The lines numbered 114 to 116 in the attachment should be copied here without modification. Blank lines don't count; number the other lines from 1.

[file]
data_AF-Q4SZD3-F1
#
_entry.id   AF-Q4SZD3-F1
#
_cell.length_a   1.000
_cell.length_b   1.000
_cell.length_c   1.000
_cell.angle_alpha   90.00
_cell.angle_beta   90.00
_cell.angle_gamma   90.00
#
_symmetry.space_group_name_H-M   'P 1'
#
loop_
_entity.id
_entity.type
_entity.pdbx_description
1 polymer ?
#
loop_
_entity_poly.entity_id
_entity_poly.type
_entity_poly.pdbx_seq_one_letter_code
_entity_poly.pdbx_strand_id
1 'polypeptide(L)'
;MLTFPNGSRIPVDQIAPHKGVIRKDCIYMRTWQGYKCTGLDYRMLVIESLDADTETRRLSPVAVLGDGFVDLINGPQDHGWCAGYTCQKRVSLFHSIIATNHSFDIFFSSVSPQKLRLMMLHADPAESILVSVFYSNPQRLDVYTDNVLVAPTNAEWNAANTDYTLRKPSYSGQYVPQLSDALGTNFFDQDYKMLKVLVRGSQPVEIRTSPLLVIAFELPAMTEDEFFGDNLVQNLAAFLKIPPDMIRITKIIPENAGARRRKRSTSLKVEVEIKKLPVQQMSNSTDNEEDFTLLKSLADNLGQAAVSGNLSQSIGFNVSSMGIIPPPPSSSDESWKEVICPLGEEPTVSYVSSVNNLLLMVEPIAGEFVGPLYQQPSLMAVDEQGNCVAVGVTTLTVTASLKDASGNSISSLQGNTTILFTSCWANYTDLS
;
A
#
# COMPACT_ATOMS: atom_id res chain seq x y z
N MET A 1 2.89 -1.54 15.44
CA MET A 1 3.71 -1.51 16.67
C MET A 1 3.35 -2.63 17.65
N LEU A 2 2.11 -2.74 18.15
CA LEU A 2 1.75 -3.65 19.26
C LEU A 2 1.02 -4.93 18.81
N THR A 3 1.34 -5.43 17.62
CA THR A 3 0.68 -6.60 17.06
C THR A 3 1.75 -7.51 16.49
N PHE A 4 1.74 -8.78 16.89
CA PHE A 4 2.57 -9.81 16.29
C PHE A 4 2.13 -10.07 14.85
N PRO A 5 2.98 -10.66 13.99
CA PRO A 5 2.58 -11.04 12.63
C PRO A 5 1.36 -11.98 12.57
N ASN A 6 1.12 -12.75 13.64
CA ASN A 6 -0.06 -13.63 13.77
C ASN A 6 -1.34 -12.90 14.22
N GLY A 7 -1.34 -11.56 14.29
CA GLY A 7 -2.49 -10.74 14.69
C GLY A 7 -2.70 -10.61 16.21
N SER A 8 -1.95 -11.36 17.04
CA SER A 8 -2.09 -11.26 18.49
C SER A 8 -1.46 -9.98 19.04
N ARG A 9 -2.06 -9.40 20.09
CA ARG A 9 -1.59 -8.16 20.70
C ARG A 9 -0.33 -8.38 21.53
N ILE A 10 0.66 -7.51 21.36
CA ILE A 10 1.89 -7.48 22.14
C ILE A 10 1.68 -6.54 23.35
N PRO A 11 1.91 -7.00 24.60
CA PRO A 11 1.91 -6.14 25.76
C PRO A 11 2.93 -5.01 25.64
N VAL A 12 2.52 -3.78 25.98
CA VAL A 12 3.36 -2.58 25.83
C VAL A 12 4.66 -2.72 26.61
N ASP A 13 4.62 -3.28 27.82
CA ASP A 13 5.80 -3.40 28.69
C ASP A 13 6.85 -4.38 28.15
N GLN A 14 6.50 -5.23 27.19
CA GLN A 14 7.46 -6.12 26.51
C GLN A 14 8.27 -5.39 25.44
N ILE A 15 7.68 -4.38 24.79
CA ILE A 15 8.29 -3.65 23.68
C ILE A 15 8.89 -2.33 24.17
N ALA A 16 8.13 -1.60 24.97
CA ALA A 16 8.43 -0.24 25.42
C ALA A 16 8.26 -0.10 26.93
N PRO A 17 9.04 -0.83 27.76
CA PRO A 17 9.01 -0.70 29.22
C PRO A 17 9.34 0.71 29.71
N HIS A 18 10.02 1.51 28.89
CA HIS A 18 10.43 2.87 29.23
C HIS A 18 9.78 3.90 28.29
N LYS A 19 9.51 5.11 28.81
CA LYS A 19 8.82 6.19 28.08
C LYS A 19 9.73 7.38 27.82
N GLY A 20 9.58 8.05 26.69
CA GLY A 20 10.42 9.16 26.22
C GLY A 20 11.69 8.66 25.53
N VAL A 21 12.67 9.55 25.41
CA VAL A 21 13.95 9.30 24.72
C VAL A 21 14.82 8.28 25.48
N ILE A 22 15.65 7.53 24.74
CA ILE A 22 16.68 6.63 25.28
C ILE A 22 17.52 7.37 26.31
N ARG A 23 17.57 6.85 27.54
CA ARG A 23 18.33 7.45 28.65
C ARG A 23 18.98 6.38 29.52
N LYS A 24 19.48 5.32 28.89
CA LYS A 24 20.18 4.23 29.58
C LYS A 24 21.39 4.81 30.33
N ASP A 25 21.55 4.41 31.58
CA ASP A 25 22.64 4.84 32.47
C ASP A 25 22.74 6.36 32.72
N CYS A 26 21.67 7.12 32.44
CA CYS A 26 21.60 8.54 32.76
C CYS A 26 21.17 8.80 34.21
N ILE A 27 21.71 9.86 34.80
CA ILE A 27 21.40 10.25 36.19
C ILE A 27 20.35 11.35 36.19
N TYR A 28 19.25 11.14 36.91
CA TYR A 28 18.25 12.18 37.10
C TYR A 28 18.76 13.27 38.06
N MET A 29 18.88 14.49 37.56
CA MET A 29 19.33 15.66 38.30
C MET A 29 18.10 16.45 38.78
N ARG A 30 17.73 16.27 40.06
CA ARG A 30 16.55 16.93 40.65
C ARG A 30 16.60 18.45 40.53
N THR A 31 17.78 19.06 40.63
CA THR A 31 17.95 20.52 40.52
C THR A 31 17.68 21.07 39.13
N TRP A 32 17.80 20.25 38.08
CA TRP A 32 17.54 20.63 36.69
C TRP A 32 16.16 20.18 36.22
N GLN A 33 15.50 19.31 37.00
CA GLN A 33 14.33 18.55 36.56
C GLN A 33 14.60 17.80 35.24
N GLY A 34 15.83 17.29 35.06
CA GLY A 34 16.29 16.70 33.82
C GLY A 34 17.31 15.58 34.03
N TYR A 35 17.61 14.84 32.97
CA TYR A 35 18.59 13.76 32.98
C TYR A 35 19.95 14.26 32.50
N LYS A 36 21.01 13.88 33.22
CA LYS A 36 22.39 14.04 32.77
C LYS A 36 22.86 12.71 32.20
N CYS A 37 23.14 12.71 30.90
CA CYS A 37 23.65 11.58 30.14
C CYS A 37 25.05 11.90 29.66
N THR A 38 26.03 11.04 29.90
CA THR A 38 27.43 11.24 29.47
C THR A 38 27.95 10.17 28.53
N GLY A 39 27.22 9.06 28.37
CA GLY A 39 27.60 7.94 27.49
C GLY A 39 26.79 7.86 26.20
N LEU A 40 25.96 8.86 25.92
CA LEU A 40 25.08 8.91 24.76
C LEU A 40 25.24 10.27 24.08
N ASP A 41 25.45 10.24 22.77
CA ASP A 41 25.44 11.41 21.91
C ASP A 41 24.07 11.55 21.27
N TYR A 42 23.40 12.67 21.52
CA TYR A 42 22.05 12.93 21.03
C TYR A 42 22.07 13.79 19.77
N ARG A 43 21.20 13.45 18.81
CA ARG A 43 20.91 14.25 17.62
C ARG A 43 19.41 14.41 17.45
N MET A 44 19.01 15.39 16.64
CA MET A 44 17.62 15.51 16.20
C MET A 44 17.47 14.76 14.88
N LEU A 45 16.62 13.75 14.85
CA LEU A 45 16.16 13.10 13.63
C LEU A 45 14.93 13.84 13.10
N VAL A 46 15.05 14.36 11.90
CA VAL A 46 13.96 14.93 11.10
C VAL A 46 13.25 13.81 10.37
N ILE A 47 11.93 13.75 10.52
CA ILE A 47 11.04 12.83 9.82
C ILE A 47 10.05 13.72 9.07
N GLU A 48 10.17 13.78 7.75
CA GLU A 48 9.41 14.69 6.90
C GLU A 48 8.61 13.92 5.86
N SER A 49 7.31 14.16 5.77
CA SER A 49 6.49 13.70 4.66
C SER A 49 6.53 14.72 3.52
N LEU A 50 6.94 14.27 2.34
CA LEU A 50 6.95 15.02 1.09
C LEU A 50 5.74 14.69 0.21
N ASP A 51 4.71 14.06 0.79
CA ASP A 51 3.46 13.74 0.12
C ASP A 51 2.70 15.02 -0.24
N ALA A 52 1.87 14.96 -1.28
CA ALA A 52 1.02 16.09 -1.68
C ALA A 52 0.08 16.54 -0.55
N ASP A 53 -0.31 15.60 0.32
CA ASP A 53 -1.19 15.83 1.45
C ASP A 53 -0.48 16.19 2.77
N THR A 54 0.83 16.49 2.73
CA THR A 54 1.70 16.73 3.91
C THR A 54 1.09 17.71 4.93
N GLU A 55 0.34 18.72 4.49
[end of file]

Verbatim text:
C TYR A 28 18.76 13.27 38.06
N MET A 29 18.88 14.49 37.56
CA MET A 29 19.33 15.66 38.30